• So, what did this [a2ru] conference really have to do with the arts? Actually, quite a lot. Even though it wasn’t explicitly a traditional conference about the fine arts, I felt like there was an underlying message that artists should always be part of the larger conversation about creativity and innovation. After all, artists have the unique trait of being communicators by training.

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Student POV: Interdisciplinarity in Seven Steps

  • December 20, 2013
  • By a2ru      
A foray into a new discipline can help you to develop a versatile skill set that will give you an added boost during the dissertation process.


Emily VanBuren, a PhD student in History at Northwestern University, has a seven point strategy when it comes to working in an interdisciplinary setting. She uses the initial encounter between Watson and Holmes to illustrate her point of view, which is based on experience as a graduate student. “Like Watson, I’ve found myself trying to figure out what it is that my colleagues in other fields do.” says VanBuren.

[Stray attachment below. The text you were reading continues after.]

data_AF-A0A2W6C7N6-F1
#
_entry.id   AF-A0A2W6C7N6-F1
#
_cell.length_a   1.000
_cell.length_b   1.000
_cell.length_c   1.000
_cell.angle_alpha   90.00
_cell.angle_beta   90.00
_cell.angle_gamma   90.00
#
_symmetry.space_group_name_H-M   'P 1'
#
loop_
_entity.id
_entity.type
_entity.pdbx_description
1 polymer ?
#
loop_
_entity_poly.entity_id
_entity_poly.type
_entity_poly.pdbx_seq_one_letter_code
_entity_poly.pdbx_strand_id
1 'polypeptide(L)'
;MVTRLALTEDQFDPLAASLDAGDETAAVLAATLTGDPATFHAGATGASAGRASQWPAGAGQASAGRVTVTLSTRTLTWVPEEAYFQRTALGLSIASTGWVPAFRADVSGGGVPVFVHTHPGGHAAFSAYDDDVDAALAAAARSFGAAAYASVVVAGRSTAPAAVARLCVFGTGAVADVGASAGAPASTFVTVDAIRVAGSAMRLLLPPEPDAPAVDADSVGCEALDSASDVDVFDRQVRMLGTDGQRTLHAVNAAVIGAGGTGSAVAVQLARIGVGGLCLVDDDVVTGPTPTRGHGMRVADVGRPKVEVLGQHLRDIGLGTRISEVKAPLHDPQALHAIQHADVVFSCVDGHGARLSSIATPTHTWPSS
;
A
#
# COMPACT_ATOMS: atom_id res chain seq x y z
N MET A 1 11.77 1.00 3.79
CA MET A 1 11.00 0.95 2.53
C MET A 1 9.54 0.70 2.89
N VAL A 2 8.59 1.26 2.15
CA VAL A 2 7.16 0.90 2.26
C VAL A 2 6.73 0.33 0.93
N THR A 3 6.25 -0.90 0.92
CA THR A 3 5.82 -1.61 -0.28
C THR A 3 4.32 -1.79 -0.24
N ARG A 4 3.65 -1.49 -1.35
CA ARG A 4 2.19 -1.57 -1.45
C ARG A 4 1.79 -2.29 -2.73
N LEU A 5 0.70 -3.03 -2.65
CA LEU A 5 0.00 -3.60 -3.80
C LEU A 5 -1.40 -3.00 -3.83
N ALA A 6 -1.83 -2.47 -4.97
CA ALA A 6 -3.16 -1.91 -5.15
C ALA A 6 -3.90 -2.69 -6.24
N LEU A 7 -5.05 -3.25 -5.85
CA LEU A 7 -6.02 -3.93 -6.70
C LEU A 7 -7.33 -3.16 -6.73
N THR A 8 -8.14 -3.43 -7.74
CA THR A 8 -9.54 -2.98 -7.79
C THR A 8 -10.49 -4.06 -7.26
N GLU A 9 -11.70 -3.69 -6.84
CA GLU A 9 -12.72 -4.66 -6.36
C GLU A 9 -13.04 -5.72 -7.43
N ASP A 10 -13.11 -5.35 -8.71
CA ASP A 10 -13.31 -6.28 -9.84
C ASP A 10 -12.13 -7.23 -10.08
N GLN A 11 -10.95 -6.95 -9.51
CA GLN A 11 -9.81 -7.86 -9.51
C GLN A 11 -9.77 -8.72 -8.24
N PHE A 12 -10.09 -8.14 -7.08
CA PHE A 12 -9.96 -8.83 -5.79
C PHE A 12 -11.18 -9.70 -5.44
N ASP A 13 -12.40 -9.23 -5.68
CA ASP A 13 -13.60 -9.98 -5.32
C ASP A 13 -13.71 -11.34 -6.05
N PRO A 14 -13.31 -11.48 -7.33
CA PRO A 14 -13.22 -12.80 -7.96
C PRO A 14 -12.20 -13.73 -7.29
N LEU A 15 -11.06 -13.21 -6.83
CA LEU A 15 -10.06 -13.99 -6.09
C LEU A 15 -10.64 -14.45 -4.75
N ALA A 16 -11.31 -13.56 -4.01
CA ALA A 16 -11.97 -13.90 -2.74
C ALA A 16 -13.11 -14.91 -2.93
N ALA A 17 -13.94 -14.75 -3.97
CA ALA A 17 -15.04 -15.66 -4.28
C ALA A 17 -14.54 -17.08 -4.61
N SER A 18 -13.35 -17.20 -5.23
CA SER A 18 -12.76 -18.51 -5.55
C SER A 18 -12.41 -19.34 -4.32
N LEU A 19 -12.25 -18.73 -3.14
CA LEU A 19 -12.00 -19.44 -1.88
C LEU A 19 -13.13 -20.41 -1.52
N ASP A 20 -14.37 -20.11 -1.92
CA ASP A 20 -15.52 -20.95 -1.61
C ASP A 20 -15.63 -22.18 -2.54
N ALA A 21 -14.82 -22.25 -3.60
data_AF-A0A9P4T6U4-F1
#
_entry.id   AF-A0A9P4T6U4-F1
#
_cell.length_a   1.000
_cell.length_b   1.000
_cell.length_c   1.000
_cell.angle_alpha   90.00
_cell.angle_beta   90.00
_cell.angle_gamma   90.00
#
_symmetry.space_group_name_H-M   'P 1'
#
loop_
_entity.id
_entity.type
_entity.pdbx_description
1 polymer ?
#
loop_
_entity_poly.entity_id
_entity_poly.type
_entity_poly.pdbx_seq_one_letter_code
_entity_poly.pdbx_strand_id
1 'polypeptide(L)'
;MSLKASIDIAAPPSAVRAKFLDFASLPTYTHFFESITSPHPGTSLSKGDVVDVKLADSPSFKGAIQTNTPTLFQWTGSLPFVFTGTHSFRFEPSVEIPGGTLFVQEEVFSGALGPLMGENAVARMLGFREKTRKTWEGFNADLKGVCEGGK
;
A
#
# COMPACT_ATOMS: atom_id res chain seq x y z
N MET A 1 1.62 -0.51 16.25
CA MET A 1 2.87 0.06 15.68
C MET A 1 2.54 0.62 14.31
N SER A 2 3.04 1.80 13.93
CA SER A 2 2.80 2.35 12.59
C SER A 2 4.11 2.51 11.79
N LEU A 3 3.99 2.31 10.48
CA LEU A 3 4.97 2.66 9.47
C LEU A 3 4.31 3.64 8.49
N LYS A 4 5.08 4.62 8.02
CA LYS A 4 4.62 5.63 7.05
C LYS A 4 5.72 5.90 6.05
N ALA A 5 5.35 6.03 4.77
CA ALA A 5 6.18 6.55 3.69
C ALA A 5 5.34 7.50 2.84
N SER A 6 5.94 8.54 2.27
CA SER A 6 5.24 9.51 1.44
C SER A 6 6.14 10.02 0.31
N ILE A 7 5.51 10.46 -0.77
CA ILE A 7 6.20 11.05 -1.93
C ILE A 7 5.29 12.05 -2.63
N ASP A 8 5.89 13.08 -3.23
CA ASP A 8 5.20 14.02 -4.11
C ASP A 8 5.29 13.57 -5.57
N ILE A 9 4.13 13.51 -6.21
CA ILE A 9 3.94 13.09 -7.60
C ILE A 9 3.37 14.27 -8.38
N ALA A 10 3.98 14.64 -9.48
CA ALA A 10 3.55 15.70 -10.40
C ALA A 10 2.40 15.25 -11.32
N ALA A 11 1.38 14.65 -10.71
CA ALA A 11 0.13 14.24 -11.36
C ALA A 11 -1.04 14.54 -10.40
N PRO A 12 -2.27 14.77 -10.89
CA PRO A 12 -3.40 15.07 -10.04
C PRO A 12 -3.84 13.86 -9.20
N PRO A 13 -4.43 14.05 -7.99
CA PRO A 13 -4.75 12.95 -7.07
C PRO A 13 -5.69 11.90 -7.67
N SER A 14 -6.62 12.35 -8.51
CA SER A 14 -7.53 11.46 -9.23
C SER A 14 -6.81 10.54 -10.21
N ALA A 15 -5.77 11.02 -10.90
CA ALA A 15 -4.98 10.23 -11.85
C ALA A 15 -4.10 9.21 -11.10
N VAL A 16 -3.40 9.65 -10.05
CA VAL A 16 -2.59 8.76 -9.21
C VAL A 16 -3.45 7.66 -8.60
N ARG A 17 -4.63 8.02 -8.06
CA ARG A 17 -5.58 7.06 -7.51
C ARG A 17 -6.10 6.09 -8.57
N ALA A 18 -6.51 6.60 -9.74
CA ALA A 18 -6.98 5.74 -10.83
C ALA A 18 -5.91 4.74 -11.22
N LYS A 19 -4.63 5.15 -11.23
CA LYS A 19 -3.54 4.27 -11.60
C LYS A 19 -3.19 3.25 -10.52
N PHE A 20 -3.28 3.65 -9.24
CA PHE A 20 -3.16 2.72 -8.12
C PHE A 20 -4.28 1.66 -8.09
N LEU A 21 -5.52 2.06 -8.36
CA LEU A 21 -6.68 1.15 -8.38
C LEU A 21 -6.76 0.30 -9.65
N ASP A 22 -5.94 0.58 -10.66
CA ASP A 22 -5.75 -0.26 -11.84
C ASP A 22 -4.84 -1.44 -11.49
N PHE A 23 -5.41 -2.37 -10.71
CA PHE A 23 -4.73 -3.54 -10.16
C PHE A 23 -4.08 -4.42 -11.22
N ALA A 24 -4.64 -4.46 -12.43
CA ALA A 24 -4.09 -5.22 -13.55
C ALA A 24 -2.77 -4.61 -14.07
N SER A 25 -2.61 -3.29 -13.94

The seven points are:
1. Denaturalize your own thought processes.
2. Be prepared to speak up and ask very specific questions.
3. Approach your interactions with colleagues in other fields as part of your       pedagogical training.
4. Use this experience to stock your “brain-attic.”
5. Look for the commonalities between fields that appear radically different.
6. Build a mentoring network of both professors and peers.
7. Know that this will be a humbling experience.

VanBuren concludes, “Like the Baker Street detective, you will learn to notice things that are easily taken for granted owing to discipline-specific axioms and expectations. And if you stick with it, the gnawing worry that you will never be able to think like your colleagues in other fields will subside, because you will learn to pull apart the components of their thinking and yours, identifying similarities and differences.”

Image of Crepe Myrtle Star by Jessica Lucia via Creative Commons/Flickr

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